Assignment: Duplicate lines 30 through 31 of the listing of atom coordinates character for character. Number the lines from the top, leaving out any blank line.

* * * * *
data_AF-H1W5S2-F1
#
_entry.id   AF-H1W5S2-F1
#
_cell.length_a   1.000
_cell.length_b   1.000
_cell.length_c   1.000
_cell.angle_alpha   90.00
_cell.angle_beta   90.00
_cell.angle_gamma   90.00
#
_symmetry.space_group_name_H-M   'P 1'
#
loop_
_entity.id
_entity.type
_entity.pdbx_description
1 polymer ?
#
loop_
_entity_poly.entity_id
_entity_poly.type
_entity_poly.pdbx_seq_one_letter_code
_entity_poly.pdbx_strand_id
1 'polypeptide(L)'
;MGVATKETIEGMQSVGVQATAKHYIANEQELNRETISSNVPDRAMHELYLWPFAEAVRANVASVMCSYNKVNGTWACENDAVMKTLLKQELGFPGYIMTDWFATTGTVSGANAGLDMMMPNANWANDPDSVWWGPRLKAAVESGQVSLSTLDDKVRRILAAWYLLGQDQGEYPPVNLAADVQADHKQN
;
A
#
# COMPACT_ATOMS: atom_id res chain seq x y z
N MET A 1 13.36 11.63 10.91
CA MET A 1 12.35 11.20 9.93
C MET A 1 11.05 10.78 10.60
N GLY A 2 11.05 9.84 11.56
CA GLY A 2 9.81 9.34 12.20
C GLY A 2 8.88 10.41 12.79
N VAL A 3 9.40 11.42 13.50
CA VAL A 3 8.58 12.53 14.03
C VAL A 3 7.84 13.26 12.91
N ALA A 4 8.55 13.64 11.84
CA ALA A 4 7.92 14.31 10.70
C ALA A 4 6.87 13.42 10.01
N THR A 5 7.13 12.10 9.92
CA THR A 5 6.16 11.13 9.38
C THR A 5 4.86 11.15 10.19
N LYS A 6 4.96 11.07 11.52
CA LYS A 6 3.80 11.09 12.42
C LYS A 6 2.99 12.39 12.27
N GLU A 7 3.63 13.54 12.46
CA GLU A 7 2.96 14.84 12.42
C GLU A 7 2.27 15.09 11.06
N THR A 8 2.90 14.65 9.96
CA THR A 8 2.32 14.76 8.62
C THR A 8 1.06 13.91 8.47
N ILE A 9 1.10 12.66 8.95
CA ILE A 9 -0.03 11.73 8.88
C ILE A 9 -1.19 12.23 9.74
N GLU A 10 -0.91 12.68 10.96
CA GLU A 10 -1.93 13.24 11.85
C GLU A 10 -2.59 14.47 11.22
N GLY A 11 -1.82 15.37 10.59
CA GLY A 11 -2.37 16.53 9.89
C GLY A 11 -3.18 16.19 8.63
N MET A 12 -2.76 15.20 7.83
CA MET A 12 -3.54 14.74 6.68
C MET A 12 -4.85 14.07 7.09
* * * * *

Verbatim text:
# COMPACT_ATOMS: atom_id res chain seq x y z
N MET A 1 13.36 11.63 10.91